State Senator Joey Hensley renews his war on LGBT mental healthcare

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As the war against marriage equality seems to be nearing its closing curtain, the culture wars that will follow in its aftermath are heating up across the country, as conservative parties turn to local legislation to strike out at basic liberties and services for the LGBTQ community. From turn-away-the-gays bills to narrower “religious freedom” protections and bully shield laws, Republican lawmakers are executing a slash and burn retreat.

This legislative session, Hohenwald State Senator Hensley (R-28th District), who is a physician, has just filed Senate Bill 397 for introduction to the Senate. This new bill is a second attempt at Hensely’s 2013 SB 514, which became widely maligned as the “counseling discrimination bill.” According to a Tennessean article, “inspired by a case in Michigan involving a Christian student named Julea Ward. She was expelled from a master’s degree program at Eastern Michigan University for refusing to counsel gay clients or clients who were sexually active but not married.”

The 2015 version seeks to amend Tennessee statue to shield counseling students in state colleges from any consequences for refusing to serve LGBTQ clients:

Education, Higher – As introduced, prohibits public institutions of higher education from disciplining or discriminating against a student in a counseling, social work, or psychology program because the student refuses to counsel or serve a client as to goals, outcomes, or behaviors that conflict with a sincerely held religious belief of the student. – Amends TCA Title 4 and Title 49, Chapter 7, Part 1.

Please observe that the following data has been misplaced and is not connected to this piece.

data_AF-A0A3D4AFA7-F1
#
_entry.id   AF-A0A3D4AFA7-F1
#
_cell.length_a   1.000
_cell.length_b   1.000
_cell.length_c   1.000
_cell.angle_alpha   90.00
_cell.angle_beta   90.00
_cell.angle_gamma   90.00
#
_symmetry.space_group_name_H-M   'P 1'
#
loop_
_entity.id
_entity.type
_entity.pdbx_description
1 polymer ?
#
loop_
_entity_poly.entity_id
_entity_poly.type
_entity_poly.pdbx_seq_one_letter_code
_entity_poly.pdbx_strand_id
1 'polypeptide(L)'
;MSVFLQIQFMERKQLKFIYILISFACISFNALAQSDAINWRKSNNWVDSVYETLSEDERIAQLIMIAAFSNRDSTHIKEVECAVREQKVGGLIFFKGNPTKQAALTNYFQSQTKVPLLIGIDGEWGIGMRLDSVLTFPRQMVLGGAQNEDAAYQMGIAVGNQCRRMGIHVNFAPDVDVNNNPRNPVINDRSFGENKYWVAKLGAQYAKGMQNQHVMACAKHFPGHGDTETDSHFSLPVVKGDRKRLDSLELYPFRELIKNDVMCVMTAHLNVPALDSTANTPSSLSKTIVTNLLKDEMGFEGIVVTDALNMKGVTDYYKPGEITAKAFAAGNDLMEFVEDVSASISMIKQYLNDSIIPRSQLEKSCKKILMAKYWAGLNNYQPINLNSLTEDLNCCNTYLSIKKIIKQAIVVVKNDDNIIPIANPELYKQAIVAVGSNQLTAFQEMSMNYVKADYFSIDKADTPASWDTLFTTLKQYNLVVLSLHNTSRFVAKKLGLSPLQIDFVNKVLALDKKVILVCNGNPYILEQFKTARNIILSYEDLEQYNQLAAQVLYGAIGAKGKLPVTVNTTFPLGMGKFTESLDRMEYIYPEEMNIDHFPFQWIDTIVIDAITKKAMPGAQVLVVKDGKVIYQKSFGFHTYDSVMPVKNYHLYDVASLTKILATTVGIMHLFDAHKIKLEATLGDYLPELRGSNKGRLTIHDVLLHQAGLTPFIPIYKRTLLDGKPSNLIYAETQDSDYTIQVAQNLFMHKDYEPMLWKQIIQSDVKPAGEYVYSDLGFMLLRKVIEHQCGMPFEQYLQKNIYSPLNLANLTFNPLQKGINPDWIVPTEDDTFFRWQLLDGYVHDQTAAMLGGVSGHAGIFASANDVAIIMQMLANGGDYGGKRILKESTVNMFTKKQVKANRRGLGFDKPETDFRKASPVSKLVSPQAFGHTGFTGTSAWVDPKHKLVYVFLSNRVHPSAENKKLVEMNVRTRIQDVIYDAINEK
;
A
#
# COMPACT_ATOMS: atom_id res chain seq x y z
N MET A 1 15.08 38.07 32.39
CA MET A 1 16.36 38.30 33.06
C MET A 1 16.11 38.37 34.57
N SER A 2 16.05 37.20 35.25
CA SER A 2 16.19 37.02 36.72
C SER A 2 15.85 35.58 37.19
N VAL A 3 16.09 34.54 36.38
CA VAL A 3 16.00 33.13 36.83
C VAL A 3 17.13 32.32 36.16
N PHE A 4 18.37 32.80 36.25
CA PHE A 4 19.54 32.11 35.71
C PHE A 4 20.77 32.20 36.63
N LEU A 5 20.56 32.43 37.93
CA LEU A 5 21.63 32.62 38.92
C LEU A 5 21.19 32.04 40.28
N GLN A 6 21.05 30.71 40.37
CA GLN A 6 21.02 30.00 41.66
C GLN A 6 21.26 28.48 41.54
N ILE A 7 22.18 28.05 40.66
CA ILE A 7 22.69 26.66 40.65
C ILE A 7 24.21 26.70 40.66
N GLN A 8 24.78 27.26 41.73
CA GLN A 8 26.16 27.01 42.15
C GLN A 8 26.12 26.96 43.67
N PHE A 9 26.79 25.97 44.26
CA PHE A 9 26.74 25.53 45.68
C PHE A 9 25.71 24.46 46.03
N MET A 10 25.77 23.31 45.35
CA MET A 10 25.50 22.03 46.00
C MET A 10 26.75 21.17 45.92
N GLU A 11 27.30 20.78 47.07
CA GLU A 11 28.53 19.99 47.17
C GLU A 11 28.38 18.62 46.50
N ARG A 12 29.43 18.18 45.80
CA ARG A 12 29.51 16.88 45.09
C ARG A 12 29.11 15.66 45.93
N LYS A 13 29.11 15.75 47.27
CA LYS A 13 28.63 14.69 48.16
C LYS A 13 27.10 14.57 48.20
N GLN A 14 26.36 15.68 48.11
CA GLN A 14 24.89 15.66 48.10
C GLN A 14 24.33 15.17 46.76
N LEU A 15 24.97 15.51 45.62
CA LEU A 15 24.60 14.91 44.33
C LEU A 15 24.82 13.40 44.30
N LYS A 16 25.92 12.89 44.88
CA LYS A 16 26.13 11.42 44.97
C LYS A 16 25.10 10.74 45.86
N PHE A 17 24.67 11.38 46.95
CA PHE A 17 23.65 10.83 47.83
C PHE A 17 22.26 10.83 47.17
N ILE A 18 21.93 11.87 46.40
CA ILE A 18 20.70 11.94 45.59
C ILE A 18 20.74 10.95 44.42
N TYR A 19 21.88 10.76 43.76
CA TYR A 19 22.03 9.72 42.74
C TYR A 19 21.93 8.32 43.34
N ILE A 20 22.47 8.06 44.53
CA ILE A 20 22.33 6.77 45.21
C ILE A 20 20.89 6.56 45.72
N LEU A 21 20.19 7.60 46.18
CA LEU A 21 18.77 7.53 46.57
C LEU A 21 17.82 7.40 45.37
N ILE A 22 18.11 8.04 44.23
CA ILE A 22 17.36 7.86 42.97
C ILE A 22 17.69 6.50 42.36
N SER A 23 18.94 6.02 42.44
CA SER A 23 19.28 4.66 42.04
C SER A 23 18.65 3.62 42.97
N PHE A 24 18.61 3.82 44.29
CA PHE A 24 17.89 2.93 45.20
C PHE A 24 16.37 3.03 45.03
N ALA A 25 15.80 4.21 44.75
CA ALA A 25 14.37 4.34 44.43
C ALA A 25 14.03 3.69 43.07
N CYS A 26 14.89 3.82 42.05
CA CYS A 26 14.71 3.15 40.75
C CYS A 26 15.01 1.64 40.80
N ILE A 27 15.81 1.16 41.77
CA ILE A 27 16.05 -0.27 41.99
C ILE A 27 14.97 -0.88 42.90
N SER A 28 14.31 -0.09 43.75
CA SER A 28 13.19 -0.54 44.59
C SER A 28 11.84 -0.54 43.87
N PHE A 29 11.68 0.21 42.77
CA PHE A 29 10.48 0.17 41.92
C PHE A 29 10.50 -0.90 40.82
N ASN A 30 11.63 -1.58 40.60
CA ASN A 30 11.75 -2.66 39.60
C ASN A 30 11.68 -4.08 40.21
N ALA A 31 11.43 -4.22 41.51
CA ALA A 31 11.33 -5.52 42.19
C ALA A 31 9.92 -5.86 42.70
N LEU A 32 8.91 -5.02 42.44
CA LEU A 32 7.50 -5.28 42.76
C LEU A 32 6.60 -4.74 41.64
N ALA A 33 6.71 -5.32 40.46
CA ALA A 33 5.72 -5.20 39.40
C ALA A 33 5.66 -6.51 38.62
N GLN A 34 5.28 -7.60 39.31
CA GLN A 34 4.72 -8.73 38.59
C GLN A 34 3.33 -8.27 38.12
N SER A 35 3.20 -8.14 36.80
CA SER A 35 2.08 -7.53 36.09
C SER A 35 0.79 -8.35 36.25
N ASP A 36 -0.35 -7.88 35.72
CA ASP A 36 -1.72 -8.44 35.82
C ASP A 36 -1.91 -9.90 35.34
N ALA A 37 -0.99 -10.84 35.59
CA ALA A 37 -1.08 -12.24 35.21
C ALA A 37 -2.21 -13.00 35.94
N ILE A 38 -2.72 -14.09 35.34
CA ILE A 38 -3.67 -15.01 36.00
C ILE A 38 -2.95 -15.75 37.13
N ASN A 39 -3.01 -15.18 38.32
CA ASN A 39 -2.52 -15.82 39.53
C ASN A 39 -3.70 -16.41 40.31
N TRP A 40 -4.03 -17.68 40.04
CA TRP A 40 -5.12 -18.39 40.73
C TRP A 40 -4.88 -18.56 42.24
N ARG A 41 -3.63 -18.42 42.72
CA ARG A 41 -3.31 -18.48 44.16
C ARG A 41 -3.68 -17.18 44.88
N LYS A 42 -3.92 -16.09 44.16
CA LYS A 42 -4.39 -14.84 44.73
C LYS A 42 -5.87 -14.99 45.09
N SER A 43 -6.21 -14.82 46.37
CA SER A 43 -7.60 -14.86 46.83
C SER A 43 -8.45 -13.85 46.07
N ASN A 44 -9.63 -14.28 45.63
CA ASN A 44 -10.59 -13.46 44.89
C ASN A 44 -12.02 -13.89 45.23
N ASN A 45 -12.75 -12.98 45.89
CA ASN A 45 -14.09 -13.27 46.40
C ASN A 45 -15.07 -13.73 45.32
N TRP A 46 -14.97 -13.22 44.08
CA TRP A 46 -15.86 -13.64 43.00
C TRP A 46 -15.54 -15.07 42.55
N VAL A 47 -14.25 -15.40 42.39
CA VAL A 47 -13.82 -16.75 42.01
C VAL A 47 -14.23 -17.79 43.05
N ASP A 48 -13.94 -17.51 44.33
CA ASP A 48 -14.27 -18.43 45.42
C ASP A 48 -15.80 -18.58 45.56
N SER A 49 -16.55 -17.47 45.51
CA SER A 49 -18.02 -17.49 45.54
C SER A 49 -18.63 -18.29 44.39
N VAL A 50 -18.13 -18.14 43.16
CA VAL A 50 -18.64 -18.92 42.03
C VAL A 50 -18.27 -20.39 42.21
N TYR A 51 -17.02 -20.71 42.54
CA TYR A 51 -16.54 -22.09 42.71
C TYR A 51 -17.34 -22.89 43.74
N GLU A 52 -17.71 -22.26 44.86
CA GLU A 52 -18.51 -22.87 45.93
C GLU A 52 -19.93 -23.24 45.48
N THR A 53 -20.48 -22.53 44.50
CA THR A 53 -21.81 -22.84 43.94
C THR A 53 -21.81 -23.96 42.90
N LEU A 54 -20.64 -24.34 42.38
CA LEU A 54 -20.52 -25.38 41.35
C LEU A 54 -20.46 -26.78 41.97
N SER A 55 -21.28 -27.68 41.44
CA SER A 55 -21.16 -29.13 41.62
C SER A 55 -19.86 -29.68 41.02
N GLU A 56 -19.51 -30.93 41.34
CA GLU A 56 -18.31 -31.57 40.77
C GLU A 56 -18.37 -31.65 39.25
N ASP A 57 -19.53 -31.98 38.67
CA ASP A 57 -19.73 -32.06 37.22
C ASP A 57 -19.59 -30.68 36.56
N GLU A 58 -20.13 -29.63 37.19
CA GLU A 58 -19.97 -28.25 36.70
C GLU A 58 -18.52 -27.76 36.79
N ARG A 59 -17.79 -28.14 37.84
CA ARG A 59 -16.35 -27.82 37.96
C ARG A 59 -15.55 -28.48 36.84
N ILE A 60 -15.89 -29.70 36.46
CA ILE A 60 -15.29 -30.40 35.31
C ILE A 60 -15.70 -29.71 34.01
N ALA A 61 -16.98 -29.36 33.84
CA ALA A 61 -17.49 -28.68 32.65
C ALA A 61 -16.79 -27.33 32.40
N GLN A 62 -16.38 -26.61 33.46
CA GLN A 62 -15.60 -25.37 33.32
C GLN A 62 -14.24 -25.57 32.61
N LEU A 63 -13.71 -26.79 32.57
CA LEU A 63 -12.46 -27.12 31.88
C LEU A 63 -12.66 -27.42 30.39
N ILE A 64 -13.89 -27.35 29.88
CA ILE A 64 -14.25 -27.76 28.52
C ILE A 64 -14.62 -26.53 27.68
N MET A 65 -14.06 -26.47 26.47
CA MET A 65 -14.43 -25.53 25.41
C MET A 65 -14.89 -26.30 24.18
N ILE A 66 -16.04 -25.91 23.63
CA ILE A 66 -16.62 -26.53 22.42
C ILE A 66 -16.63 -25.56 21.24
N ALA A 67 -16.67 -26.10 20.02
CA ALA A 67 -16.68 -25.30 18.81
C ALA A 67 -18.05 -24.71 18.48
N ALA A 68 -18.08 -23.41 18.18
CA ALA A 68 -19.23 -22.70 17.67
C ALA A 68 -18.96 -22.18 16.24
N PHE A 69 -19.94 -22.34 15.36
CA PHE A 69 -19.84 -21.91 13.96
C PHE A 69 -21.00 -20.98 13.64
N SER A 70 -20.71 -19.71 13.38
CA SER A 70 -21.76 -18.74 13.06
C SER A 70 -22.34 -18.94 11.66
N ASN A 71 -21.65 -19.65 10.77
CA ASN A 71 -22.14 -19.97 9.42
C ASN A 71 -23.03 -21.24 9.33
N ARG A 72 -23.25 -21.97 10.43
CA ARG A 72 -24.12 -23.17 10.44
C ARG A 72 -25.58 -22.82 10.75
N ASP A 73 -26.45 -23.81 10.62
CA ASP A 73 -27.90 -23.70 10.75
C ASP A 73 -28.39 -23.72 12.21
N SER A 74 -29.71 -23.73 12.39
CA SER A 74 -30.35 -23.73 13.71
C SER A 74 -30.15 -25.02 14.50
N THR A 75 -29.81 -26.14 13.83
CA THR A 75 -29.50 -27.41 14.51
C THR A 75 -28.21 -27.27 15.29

The bill brought extremely negative national attention to Tennessee, and sparked vigorous response, not only from LGBTQ rights groups but also from professional counseling and psychological services organizations. Organizations like the American Counseling Association, a national association for counselors, for instance, supported Eastern Michigan University and claimed that students should not be allowed to use religion to turn down clients, and such organizations generally opposed these shield laws.

Back in 2013, one of the loudest objections to the bill was levied by Jake Morris, the director of the graduate counseling program at Lipscomb University, a private, conservative Christian college in Nashville. “I want my students to be able to help anyone who walks in their door,” Morris told The Tennessean. “For example, if a student thinks divorce is sinful, that student still needs to know how to treat clients who have gone through a divorce.”

On the TEP website, Chris Sanders notes that the bill does not have a House sponsor, but he believes it's only a matter of time. He also points out that while these bills are primarily targeted at LGBTQ communities, they "may also affect student interaction with atheist clients, clients who are members of religious minorities, clients who are straight whose sexuality is objectionable to students in these programs." Still, he is optimistic about the level of resistance it will face.

“We expect strong opposition to this bill from allies in counseling, psychology, and social work fields," he told O&AN. "This is bad for students and bad for clients. It hurts the value of these degrees offered in Tennessee. National associations take a dim view of these kinds of exceptions.”

Morris’ comments from 2013 highlight another way in which “shielding” students from clients whose lifestyles violate their “sincerely held religious belief” harms the very students it’s meant to protect: shielding them as students from experiences they will have as professionals decreases the students’ competency. “We are health care professionals,” Morris said. “We need to act like it.”